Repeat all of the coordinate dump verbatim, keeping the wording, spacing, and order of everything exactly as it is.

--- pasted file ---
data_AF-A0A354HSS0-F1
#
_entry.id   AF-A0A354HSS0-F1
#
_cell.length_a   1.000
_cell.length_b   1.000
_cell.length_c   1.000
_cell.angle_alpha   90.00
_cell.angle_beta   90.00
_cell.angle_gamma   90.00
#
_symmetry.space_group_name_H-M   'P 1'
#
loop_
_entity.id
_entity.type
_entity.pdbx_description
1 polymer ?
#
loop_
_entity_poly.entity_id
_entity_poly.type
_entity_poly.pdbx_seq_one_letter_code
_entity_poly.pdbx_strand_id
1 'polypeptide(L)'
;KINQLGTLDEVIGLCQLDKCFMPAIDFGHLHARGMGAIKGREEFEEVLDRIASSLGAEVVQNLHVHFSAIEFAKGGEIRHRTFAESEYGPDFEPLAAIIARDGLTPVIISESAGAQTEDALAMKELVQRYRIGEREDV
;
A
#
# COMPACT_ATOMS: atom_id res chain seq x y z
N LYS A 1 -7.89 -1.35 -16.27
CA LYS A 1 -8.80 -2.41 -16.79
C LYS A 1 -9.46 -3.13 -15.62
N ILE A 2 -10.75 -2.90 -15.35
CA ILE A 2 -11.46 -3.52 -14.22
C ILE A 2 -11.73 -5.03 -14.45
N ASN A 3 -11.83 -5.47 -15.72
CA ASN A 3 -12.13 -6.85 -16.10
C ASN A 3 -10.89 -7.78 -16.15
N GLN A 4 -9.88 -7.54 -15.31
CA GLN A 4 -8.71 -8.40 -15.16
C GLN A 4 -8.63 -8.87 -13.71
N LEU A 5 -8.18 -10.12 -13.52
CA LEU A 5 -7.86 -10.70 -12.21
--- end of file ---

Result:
data_AF-A0A354HSS0-F1
#
_entry.id   AF-A0A354HSS0-F1
#
_cell.length_a   1.000
_cell.length_b   1.000
_cell.length_c   1.000
_cell.angle_alpha   90.00
_cell.angle_beta   90.00
_cell.angle_gamma   90.00
#
_symmetry.space_group_name_H-M   'P 1'
#
loop_
_entity.id
_entity.type
_entity.pdbx_description
1 polymer ?
#
loop_
_entity_poly.entity_id
_entity_poly.type
_entity_poly.pdbx_seq_one_letter_code
_entity_poly.pdbx_strand_id
1 'polypeptide(L)'
;KINQLGTLDEVIGLCQLDKCFMPAIDFGHLHARGMGAIKGREEFEEVLDRIASSLGAEVVQNLHVHFSAIEFAKGGEIRHRTFAESEYGPDFEPLAAIIARDGLTPVIISESAGAQTEDALAMKELVQRYRIGEREDV
;
A
#
# COMPACT_ATOMS: atom_id res chain seq x y z
N LYS A 1 -7.89 -1.35 -16.27
CA LYS A 1 -8.80 -2.41 -16.79
C LYS A 1 -9.46 -3.13 -15.62
N ILE A 2 -10.75 -2.90 -15.35
CA ILE A 2 -11.46 -3.52 -14.22
C ILE A 2 -11.73 -5.03 -14.45
N ASN A 3 -11.83 -5.47 -15.72
CA ASN A 3 -12.13 -6.85 -16.10
C ASN A 3 -10.89 -7.78 -16.15
N GLN A 4 -9.88 -7.54 -15.31
CA GLN A 4 -8.71 -8.40 -15.16
C GLN A 4 -8.63 -8.87 -13.71
N LEU A 5 -8.18 -10.12 -13.52
CA LEU A 5 -7.86 -10.70 -12.21